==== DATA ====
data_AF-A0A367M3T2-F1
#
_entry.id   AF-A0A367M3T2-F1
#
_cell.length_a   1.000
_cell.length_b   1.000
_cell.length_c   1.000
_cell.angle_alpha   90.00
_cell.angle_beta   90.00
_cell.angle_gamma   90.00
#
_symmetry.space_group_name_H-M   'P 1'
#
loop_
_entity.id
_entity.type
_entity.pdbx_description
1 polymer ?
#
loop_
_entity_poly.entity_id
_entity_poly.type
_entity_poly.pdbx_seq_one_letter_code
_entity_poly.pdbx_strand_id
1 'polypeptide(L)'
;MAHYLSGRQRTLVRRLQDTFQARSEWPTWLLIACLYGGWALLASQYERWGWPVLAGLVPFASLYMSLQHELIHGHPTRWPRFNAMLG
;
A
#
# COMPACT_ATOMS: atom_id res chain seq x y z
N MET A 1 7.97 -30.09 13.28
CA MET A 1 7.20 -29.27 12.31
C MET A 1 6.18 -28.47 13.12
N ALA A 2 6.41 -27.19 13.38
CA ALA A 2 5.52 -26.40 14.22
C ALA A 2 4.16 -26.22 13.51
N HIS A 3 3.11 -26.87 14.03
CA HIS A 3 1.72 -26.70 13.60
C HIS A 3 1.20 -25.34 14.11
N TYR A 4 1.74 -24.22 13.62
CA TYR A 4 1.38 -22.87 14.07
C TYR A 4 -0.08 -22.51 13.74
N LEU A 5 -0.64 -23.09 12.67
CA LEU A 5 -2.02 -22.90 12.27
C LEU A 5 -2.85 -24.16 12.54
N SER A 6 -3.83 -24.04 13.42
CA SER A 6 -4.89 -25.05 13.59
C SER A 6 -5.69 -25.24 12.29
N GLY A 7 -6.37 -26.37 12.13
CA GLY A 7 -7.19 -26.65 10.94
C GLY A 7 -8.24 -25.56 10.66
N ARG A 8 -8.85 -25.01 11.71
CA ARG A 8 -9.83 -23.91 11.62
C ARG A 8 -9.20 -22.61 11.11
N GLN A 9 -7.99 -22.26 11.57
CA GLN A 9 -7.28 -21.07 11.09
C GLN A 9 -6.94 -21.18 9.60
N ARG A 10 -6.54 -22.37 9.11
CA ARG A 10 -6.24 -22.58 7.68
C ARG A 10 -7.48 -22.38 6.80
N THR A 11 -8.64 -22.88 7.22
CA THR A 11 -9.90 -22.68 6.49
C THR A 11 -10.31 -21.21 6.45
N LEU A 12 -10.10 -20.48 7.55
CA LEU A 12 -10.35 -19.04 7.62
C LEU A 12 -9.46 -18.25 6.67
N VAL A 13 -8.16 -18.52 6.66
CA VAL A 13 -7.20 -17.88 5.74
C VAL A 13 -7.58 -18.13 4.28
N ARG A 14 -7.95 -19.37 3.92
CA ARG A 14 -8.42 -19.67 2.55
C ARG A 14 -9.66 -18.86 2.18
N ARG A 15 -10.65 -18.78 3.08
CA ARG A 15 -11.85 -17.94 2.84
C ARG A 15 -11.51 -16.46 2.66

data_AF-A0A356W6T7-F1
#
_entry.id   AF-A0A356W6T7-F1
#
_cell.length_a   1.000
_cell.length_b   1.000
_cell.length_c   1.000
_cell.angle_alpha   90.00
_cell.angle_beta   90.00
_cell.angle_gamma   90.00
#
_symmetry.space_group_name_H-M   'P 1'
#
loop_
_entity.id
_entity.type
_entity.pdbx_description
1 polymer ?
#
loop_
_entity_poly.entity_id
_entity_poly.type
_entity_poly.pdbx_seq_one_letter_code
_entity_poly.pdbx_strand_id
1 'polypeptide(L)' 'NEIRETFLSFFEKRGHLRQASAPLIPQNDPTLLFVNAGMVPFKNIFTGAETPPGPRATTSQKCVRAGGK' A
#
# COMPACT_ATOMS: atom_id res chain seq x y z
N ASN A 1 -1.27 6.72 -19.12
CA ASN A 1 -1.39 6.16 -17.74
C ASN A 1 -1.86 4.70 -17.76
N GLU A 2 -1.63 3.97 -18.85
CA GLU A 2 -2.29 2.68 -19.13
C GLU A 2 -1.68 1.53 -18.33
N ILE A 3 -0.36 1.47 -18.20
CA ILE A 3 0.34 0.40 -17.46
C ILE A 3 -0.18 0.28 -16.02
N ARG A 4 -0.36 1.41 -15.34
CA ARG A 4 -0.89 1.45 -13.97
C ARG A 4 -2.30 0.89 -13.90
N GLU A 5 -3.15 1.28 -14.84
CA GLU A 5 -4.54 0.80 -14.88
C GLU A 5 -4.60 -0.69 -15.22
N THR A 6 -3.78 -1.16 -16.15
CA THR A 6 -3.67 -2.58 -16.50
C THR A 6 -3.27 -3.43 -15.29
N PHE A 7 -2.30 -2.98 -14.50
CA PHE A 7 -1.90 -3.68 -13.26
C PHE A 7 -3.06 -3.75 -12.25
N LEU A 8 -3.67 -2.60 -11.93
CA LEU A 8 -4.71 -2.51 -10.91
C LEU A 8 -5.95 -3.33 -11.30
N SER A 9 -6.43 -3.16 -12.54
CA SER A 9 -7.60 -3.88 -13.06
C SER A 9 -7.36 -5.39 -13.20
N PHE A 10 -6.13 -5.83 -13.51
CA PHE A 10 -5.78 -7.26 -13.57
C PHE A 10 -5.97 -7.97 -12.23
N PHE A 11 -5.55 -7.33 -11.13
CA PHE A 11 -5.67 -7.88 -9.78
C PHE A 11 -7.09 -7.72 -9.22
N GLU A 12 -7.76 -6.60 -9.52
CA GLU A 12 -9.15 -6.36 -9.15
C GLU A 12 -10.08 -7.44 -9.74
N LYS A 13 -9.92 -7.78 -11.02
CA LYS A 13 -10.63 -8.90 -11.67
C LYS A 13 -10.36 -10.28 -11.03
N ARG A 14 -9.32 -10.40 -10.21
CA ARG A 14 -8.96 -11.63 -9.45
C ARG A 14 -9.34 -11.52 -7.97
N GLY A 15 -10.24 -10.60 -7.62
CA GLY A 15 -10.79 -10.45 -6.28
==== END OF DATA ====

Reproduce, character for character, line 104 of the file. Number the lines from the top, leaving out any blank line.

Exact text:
CA ASN A 1 -1.39 6.16 -17.74